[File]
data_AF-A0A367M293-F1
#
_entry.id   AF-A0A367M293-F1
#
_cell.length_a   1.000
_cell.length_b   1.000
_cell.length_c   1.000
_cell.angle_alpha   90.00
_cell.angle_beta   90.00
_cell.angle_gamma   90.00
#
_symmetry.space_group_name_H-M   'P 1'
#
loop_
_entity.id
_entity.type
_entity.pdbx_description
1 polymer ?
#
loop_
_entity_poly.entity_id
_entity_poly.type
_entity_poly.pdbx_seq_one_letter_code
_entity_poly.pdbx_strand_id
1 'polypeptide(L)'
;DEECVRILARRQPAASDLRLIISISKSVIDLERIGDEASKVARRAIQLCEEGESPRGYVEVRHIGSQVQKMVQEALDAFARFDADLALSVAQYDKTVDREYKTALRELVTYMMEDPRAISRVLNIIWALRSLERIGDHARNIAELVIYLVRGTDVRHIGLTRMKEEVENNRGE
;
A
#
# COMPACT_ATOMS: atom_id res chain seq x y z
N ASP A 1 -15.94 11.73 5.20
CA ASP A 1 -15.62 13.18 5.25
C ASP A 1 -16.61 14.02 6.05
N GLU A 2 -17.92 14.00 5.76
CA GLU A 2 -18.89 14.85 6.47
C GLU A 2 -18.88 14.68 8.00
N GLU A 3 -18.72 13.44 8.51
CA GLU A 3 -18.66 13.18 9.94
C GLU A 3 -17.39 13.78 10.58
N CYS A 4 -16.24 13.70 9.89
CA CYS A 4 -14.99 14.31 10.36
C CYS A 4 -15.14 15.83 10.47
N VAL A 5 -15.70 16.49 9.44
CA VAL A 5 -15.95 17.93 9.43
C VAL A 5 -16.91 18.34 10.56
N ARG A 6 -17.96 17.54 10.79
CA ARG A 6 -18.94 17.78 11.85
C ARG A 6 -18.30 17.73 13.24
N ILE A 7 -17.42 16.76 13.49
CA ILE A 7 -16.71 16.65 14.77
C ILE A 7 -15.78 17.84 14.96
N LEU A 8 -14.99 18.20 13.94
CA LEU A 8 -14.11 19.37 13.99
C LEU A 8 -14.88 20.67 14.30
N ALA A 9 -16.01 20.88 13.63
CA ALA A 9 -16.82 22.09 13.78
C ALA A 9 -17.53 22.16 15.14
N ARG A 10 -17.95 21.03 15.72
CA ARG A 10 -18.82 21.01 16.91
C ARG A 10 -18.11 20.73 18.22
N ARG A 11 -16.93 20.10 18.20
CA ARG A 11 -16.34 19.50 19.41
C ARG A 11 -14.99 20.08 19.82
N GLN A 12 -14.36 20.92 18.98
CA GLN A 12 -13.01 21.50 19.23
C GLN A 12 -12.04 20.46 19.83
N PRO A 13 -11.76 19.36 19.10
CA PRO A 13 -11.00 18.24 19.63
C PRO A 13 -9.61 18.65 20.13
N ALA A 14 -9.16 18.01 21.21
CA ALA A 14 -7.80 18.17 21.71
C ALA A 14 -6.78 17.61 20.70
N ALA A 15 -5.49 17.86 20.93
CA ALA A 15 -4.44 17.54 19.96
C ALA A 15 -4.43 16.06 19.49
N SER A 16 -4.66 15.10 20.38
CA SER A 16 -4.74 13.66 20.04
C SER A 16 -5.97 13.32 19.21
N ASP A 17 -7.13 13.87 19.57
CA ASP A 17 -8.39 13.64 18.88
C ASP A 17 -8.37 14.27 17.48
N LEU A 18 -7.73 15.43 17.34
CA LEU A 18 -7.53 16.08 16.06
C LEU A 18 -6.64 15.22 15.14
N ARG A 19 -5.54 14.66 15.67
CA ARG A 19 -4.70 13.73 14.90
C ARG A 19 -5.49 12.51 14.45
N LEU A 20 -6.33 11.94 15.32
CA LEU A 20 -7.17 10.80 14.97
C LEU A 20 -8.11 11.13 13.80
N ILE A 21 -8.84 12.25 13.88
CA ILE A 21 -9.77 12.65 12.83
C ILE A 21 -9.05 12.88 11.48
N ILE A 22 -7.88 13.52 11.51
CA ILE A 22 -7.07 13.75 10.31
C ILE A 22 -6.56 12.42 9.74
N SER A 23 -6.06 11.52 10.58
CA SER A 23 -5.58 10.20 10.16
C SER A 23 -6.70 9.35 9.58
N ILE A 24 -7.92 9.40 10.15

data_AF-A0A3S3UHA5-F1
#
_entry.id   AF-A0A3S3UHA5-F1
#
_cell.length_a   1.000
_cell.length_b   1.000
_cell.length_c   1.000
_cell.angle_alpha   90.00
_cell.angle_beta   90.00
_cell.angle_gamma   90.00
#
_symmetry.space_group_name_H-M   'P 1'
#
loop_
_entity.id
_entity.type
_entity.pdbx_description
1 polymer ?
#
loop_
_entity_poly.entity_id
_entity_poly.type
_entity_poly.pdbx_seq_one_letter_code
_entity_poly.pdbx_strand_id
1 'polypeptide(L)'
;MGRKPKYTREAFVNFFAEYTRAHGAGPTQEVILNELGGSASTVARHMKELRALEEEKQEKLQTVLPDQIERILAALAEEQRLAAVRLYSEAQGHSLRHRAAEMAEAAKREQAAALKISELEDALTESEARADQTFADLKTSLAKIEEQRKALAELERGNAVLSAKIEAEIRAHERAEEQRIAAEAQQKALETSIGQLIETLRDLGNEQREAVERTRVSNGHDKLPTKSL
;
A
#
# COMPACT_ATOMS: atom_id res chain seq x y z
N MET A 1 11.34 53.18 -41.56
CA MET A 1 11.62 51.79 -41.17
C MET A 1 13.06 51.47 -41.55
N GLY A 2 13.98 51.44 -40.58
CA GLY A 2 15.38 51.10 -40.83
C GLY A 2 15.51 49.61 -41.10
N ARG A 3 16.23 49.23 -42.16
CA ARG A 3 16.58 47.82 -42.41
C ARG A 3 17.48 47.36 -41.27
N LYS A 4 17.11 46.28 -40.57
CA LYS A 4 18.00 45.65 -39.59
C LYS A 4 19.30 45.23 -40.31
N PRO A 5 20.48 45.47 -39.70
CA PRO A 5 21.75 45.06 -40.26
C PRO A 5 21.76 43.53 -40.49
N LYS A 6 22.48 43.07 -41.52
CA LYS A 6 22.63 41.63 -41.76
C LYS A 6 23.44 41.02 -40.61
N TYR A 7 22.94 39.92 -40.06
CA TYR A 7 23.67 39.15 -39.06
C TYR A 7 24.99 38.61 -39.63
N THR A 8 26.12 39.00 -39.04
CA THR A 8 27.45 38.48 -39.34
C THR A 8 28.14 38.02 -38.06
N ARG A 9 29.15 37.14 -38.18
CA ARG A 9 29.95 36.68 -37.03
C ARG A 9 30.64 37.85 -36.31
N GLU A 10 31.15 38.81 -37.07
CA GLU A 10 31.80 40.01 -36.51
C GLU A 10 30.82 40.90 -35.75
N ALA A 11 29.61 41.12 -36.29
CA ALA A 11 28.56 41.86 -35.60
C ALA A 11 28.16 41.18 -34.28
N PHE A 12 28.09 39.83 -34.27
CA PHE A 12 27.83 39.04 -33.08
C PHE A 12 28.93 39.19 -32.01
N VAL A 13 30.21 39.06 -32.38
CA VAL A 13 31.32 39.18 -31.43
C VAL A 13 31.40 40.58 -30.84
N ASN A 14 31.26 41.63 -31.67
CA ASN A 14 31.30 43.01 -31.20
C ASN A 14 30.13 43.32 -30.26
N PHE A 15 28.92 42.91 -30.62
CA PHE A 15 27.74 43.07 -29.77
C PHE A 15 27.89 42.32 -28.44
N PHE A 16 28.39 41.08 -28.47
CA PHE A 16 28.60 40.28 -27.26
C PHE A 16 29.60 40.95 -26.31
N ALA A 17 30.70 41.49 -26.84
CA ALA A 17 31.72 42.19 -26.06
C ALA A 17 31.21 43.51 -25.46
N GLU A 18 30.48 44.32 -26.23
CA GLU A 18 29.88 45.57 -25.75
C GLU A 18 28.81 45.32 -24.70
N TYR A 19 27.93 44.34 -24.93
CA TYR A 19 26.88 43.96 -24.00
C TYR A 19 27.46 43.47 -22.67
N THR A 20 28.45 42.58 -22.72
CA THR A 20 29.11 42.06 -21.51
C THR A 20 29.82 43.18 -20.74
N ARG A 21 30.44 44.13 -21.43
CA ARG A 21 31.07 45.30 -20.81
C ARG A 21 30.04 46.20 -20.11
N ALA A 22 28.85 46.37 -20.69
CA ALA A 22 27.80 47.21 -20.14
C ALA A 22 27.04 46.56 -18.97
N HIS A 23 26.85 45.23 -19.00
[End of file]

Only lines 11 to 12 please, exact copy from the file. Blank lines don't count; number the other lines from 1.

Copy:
#
_symmetry.space_group_name_H-M   'P 1'